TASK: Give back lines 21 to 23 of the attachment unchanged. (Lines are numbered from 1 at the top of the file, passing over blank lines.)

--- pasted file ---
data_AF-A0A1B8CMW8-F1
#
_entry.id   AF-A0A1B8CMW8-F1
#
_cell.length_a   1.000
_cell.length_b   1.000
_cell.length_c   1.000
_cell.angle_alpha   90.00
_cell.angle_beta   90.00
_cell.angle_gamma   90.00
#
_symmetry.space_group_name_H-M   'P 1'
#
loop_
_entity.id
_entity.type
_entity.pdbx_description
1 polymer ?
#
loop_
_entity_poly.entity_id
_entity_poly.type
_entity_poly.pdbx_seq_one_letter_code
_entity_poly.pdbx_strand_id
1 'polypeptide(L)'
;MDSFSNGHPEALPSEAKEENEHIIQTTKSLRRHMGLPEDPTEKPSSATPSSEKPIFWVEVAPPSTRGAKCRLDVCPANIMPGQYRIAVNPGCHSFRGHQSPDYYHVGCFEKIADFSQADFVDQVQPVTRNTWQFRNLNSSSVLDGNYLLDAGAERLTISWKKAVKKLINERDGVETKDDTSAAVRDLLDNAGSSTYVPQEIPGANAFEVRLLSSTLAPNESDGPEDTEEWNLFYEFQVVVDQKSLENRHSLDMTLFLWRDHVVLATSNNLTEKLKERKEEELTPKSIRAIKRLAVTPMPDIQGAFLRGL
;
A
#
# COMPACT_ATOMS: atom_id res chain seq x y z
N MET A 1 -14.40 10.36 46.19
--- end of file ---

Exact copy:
_entity_poly.entity_id
_entity_poly.type
_entity_poly.pdbx_seq_one_letter_code